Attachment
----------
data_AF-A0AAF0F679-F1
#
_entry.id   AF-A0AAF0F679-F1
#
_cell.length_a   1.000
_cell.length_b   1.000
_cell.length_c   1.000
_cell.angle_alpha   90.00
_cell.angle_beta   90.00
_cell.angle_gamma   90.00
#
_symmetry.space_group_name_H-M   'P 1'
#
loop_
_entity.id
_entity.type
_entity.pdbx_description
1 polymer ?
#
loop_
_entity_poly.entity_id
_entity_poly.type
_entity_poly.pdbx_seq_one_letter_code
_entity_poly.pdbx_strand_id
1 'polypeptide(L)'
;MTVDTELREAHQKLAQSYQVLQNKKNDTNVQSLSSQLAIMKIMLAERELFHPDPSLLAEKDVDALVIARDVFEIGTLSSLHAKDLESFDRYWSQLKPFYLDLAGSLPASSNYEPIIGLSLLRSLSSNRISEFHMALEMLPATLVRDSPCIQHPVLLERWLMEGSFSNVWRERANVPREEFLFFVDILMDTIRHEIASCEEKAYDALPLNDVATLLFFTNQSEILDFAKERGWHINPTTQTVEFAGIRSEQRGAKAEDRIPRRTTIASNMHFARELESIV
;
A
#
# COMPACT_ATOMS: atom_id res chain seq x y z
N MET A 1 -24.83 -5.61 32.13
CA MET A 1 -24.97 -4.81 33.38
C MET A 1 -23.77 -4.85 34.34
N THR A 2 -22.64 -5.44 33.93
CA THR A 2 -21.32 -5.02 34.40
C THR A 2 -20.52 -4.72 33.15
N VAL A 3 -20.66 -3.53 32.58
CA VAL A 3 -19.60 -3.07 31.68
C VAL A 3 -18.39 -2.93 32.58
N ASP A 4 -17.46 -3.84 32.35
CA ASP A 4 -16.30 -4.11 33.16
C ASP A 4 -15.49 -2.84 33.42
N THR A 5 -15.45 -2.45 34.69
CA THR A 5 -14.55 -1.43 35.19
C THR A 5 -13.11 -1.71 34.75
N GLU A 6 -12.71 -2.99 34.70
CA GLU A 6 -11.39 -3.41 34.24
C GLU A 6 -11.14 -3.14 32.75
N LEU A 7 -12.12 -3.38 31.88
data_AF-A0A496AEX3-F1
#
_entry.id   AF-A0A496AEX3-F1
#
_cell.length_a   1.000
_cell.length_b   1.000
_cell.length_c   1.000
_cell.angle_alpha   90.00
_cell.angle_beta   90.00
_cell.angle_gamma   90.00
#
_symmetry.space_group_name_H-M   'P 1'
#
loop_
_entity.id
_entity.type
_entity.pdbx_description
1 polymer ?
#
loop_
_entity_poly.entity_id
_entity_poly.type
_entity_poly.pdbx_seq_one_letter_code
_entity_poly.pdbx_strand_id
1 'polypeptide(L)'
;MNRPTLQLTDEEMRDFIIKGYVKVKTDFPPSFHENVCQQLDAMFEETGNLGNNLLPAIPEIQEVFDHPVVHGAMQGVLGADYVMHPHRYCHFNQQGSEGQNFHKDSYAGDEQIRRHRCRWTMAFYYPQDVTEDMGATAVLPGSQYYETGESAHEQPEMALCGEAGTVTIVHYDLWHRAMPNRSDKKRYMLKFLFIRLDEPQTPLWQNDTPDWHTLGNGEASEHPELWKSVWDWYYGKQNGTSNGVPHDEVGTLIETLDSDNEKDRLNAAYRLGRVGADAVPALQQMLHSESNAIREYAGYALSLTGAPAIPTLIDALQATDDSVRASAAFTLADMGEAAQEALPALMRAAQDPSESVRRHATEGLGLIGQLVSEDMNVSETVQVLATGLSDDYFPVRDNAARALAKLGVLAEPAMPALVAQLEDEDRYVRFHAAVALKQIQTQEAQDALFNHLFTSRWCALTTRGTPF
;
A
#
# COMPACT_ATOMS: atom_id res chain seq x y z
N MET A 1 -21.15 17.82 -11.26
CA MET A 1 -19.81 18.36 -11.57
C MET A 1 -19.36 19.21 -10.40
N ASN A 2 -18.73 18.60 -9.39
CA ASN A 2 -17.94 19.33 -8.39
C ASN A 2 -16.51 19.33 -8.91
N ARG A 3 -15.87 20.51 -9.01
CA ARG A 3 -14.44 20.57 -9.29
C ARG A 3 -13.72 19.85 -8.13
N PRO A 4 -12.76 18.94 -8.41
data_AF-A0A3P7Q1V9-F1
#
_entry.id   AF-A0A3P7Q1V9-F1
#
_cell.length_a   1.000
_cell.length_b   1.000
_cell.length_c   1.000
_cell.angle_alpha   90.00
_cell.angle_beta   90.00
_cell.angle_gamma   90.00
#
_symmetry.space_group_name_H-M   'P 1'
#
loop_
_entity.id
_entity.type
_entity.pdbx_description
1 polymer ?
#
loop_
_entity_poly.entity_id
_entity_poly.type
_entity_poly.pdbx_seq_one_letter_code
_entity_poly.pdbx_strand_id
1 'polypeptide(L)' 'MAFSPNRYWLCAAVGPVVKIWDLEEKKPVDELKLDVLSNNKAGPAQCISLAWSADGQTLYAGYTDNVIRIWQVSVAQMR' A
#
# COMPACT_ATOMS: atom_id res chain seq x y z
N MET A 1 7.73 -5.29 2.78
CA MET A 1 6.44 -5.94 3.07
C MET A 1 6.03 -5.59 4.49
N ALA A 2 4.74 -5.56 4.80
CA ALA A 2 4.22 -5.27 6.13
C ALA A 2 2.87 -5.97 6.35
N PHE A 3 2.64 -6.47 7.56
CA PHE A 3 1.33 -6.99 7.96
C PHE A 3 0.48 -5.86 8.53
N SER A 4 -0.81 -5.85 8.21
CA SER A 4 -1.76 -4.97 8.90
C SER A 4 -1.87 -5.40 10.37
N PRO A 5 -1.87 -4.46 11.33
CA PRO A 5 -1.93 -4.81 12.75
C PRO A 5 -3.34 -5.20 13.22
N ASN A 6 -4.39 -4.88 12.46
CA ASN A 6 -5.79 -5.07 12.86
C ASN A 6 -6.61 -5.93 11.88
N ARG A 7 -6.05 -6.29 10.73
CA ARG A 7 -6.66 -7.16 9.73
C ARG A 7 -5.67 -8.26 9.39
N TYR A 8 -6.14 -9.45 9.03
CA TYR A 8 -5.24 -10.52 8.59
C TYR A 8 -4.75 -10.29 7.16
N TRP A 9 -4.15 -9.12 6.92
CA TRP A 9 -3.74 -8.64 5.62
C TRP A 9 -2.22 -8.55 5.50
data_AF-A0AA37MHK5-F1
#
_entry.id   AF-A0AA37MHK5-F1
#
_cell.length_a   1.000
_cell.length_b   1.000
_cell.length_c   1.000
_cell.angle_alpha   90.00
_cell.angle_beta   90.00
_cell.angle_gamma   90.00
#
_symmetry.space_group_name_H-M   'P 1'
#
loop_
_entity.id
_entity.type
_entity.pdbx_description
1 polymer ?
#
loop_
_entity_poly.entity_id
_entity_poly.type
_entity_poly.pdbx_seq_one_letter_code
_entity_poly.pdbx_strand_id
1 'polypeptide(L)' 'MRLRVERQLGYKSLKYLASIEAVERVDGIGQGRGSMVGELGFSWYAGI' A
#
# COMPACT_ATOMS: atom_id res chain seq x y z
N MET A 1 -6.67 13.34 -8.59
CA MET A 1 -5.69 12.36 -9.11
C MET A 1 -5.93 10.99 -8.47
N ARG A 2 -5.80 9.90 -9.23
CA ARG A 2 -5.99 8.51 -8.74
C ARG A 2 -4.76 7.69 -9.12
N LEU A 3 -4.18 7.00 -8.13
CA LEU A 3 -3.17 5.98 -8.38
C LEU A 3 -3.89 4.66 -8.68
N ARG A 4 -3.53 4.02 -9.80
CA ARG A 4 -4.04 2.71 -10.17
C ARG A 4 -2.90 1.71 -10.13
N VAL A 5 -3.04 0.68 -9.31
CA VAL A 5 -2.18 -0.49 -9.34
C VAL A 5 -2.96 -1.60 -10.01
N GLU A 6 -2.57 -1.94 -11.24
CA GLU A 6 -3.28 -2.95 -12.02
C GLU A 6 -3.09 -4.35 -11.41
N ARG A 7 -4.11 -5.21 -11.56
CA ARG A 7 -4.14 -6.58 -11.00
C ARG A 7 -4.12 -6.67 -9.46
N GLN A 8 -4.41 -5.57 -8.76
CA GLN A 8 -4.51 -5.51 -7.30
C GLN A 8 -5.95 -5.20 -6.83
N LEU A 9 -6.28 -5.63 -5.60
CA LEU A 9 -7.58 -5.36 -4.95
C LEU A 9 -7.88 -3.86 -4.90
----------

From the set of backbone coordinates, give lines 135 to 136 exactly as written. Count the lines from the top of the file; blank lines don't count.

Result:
N ARG A 7 -6.05 -6.29 10.73
CA ARG A 7 -6.66 -7.16 9.73